Friends and patients often ask me what are the most important issues to consider relating to our lives as humans (besides the basic needs of food and shelter)? Here’s what I answer: In my own personal long life and clinical practice, I have accumulated experience and wisdom as I have gone along. I came to consider the following of paramount importance. First, Structure. The second, social interactions and involvement. The third, meaning.
Let me explain: From a biological point, life just is. It is entirely up to us to organize our life under the circumstances we find ourselves in. If you are a person of faith then consulting the holy books – as each faith has one – you find guidelines there for structuring a relatively orderly life, providing you do not become a rigid ideologue hating your fellow humans because of different perceptions of God.
In the structure, rules, restraint, a sense of proportion, and discipline are important. If not imposed from within ourselves, outside structured rules assist us, as the social creatures that we are. An example; the emergency conditions during the war years in Europe, provided a structural sense of emergency for survival, thus depressions and addictions were practically unheard of. Structure and expectancy for certain behavior and mutuality and rules in a family are of paramount importance, especially in preparing the children for orderly and satisfactory lives later on as well. These rules provide a satisfactory enjoyable family life as well for them.
Second, interacting, contributing – lots of it – in the form of acts of affection and empathy and compassion, and being contributed with affection and companionship, from our fellow humans whether with the immediate family or your church groups, or in a hunting club, or in a political activity, and many others, we’re able to live a more balanced and happy life with fellow humans, social beings as we are made to be. After all, humans cannot be understood as alone units, but as components of a network of society. And remember fellow humans are not THEM. They are US! The tall, the thin, the obese, the dark skinned the one with the slanted eyes, the ones with a funny walk or talk! Just us. Just one species; us, for the entire world over.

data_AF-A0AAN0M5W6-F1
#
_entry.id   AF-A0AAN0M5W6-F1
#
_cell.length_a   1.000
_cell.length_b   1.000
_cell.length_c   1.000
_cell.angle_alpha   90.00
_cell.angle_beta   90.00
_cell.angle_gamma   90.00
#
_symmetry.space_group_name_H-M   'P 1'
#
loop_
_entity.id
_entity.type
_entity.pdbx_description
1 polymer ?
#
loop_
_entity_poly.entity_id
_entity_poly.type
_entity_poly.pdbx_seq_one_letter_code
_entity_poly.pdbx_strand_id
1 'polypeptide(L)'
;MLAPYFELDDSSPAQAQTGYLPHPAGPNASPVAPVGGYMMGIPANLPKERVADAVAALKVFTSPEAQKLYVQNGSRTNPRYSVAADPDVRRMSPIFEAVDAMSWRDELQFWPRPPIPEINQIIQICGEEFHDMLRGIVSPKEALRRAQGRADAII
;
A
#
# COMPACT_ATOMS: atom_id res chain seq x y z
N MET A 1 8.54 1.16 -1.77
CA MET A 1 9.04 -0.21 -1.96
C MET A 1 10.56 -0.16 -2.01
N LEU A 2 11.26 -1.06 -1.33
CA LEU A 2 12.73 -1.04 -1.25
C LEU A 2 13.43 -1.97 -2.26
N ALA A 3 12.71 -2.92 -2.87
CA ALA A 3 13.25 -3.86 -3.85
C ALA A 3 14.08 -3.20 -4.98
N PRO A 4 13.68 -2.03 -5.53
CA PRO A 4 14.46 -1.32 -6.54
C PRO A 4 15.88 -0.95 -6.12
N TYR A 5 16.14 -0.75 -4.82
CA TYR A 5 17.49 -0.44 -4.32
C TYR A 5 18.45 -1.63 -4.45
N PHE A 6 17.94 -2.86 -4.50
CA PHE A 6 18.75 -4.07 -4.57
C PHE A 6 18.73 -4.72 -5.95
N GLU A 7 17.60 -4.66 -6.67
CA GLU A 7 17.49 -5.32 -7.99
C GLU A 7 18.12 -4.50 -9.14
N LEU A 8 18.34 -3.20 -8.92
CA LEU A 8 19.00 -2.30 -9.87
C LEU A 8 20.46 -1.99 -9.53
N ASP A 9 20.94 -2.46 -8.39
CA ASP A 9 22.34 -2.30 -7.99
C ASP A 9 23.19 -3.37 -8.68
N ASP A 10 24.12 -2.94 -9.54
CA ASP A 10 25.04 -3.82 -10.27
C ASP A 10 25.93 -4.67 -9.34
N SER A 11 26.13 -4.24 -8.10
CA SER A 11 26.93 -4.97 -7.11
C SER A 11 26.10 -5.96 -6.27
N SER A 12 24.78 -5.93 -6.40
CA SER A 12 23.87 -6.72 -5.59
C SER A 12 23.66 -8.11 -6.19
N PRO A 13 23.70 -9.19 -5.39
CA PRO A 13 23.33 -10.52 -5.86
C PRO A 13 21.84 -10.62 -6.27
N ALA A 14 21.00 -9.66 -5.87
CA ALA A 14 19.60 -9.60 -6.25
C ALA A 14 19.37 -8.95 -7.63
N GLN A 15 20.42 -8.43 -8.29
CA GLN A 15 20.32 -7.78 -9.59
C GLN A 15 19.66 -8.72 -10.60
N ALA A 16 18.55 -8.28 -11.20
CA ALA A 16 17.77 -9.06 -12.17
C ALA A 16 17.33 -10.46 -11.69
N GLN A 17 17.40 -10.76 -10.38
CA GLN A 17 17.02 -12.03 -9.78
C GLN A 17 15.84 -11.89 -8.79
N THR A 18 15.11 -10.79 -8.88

The third one is meaning, a project, a hobby, a skill, a way of expanding continuous knowledge a passionate devotion thus creating an identity of belonging to something meaningful and satisfactory to our own perception of what each one of us is. And remember, freedom as citizens and as individuals is not license of ‘anything goes,’ of getting lax and loose, and disorderly. If we do, we end up confused unhappy and isolated, overweight, bored and with a feeling that life is a disease, instead of once in a life-time adventure as ought to be. Good luck!